Microsoft Xbox corporate vice president Marc Whitten said today that each Xbox One
console sold will be able to function as a developer debug unit, unlike the current model that requires a specialized console, costing upwards of thousands of dollars. The move will allow developers to enter Xbox One development at a lower price point, with self-publishing becoming a possibility for the first time on Xbox Live.
Whitten commented that self-publishing on the new console is in the works, and has been for some time. "It's something we've been working on for a long time -- how do we shorten that process, how do we automate a lot of the core requirements checking and some of those things. That'll continue to be our focus around that." No specific speed of game approval was given, but the VP was hoping that it would be quicker than Apple's two-week timetable. "As games move towards games as a service, that becomes a more important part of the cycle. It's the reason that we dropped the title update fees, as an example. We'll announce more on the specifics, but our goal is frankly just to minimize that."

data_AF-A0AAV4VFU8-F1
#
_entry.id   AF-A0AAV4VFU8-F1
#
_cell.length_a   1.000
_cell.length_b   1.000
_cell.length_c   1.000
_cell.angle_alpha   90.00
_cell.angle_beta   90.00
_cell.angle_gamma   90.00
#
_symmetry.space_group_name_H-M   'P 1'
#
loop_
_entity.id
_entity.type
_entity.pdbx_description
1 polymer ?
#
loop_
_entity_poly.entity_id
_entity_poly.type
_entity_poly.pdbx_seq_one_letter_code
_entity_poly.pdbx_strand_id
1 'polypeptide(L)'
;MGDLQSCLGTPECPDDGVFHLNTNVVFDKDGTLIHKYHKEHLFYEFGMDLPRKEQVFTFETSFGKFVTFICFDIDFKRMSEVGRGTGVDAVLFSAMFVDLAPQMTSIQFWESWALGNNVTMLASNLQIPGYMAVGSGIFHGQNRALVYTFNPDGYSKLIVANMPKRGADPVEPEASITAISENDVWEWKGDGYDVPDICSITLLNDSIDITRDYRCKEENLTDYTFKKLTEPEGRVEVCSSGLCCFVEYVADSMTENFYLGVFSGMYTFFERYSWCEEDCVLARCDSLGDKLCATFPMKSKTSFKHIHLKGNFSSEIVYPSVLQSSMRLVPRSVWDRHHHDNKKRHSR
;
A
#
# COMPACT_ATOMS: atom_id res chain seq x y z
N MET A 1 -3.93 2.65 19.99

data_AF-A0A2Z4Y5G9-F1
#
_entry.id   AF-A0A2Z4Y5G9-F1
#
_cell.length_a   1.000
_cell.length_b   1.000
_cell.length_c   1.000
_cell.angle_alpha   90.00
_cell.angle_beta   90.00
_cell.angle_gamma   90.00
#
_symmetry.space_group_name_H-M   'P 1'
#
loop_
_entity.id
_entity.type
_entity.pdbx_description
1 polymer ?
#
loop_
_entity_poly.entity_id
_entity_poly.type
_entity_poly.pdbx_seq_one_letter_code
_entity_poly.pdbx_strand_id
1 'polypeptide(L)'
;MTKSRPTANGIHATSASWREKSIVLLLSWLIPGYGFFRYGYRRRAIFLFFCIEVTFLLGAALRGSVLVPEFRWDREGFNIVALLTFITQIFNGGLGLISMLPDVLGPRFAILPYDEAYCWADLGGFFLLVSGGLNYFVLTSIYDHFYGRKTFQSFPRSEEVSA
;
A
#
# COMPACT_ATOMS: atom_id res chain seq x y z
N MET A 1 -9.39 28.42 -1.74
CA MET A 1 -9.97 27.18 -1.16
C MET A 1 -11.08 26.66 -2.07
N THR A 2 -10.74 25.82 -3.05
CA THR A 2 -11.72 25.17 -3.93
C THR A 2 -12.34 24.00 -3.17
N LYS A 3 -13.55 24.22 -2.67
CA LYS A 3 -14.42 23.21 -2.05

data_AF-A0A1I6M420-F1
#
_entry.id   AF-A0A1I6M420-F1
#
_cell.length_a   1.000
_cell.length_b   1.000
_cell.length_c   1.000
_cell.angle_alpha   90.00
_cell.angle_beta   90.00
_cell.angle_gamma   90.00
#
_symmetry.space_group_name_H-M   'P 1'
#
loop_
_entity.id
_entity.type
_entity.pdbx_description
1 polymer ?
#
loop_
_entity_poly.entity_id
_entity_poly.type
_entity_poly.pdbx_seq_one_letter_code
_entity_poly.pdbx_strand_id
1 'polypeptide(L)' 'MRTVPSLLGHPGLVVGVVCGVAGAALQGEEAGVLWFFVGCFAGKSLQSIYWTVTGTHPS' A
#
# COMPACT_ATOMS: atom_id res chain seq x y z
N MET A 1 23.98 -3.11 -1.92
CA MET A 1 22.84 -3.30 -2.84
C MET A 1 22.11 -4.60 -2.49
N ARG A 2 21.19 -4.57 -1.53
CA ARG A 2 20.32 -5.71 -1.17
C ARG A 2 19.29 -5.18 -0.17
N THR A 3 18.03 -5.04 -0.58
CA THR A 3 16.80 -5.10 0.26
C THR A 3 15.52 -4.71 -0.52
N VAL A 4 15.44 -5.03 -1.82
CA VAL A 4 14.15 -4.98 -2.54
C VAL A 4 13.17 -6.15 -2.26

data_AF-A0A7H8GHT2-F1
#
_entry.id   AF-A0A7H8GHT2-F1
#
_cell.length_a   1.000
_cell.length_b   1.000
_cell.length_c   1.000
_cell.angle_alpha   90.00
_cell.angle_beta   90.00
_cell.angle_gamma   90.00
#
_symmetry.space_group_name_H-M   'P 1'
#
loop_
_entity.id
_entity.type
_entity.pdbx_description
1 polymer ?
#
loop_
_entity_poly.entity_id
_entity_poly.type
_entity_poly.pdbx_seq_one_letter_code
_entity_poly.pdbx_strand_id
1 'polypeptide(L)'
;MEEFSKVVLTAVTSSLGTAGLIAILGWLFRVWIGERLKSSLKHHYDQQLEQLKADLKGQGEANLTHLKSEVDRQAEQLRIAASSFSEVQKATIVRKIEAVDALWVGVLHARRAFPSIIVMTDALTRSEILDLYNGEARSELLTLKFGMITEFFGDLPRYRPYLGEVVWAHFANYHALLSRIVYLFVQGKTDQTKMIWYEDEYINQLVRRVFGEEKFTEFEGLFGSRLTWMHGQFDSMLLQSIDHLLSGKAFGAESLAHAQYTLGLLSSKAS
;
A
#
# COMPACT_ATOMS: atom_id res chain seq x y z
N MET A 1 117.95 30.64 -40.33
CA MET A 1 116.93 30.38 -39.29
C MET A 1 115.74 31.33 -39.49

Currently, other than the Indie Game channel with XNA-developed games, participation in the Xbox 360 tools and middleware Program is generally restricted to those companies with good industry references and with significant prior experience. Xbox software may not be published or distributed to end users except by a licensed publisher who has signed an agreement with Microsoft.